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Showing Love 5: Big Rock Maine
Words by Alex Kaufman l STE Online Editor
Photos courtesy of Big Rock Ski Area
Editor's Note: While there's a tendency to focus on where the snow falls, the parks are massive or the backcountry lines are slayed, there's vast areas of the East where the mountains are a little smaller or the climate a little warmer, but skiers flock to their local slopes with the same level of dedication. From the midwest to the deep south to the coast, the East is home to ski areas large and small that deserve their props. Throughout the off-season we're going to "show some love." Do you rip a lesser hyped spot that deserves a moment in the sun? Hit us up. – AK
More than farms up here. Also inviting skiing and a serious windfarm..
Early on in this small ski area effort, I got an email from a Ski The East reader who had love for a certain out of the way locale. Anyone who has ever driven the stretch of I-95 from anywhere to the heart of Aroostook County in Maine, knows it’s a long ways out. Here’s what Paul Lovett had to say (without provocation) and what led to digging for more from Mars, Mars Hill that is.
“After my local mountain shut down I started going to Big Rock every chance I got. It's now owned by a nonprofit company and is quite the small mountain to shred. It has a backcountry part that is unspoiled, nice groomed trails, a family area, and tons of unsigned tree skiing. It's not a big mountain by any means, but it was a place that allowed me to grow and really enjoy the slopes. It also had the largest snow pack in the state of Maine this year (11/12) for ski areas because of its northern location.”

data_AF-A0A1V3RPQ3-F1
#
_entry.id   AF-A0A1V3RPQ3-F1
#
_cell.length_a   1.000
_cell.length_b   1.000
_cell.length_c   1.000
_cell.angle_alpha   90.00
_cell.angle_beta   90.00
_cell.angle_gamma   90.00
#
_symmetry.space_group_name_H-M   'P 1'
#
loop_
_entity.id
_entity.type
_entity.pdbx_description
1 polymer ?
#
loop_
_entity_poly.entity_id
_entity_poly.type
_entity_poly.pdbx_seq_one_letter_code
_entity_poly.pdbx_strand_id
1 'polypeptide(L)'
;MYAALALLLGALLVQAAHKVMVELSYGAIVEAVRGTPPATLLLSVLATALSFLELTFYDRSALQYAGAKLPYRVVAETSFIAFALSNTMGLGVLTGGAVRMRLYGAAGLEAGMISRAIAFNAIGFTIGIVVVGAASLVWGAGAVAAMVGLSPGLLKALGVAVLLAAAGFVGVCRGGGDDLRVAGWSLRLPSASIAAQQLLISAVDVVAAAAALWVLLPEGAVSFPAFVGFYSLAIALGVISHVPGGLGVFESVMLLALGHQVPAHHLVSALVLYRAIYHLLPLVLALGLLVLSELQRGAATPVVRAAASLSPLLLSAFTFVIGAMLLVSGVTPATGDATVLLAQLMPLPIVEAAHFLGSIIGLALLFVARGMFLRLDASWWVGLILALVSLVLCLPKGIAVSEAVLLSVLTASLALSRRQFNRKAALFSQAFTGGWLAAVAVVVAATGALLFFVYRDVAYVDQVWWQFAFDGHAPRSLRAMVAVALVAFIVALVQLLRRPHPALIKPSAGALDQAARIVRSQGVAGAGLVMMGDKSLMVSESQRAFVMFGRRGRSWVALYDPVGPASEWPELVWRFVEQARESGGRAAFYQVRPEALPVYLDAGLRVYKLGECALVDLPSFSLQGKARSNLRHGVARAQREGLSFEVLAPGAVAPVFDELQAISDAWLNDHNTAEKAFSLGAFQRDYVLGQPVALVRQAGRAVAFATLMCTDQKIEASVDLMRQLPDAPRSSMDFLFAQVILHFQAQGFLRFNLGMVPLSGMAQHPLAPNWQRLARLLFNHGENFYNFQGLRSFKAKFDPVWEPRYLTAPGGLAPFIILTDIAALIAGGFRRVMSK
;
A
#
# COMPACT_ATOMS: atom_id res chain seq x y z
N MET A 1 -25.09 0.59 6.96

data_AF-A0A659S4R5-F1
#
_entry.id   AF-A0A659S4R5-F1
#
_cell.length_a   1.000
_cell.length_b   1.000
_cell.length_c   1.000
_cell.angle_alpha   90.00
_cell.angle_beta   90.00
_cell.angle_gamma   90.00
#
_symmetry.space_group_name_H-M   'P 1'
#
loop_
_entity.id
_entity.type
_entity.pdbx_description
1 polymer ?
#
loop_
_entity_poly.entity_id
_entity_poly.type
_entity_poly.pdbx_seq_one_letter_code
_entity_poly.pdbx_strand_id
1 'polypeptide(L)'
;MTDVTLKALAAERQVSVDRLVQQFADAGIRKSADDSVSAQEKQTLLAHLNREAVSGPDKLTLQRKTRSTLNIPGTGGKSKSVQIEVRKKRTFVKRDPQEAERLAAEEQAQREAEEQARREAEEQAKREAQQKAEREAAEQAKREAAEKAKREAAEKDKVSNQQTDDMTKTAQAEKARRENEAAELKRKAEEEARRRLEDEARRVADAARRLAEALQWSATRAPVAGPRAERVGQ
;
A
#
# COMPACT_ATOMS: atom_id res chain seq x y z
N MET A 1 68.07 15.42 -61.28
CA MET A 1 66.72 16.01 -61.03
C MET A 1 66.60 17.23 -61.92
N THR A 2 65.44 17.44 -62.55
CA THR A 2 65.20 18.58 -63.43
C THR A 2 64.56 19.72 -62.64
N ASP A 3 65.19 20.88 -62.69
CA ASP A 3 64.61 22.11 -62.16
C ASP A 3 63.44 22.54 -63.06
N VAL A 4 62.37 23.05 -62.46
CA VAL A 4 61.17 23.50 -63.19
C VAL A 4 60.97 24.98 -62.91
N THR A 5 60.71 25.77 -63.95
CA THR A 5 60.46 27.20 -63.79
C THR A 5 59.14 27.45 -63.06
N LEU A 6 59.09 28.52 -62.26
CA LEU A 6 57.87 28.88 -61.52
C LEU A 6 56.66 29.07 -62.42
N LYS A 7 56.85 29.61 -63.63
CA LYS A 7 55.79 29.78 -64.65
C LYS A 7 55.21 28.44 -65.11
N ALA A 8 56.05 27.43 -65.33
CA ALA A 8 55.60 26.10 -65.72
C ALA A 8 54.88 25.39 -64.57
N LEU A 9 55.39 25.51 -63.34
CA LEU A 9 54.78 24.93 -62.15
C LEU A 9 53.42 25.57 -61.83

In case you've never been north of Portland.
As Paul noted, Big Rock operates as a non-profit. It also serves a very international clientele. Its nearest Canadian city of size is Fredricton, NB (about 55,000 residents) and is just over 2 hours from Bangor, Maine with Houlton, Presque Ilse and Caribou being the local feeders.
Located on Mars Hill Mountain (yes it's both) with a summit elevation of 1,748, laps are just under 1000 vertical feet. The ski area first opened in 1960 and was purchased by the Maine Winter Sports Foundation in 2000. It’s also the poster child for locating ski area operations alongside wind power. In an unrelated venture, 28 windmills 262 feet tall were installed along the ridgeline in 2006 by a company named First Wind.
According to Maine's NRC, the windmills on Mars Hill power the equivalet of 24,000 homes..
On a clear day, views extend well into Canada and south to Mt. Katahdin. With its far eastern location and extra elevation, the top of Big Rock gets the first sunrise in America from late March through mid September. Average snowfall sits at 160" annually with about 80 days of operation. Just last season, a 5 acre terrain park was added.
The nation's first sunrise happens in this spot. If you're 1748 feet up. You see it first.
According to Mark Shea, Big Rock’s Marketing Manager, the ski area plans this year to institute a $15 any day lift ticket price, with season passes at $150. “If someone wants to hang a “home of the $15 lift ticket” tag on us, we’re feeling it,” noted Shea.
Three lifts, 35 trails and a terrain park might not compare sizewise to the behemoths on Maine’s western front, but if you find yourself at the top of America’s nub, bring your gear and see if you can find a liftline to wait in. You won’t.
Lean back dude...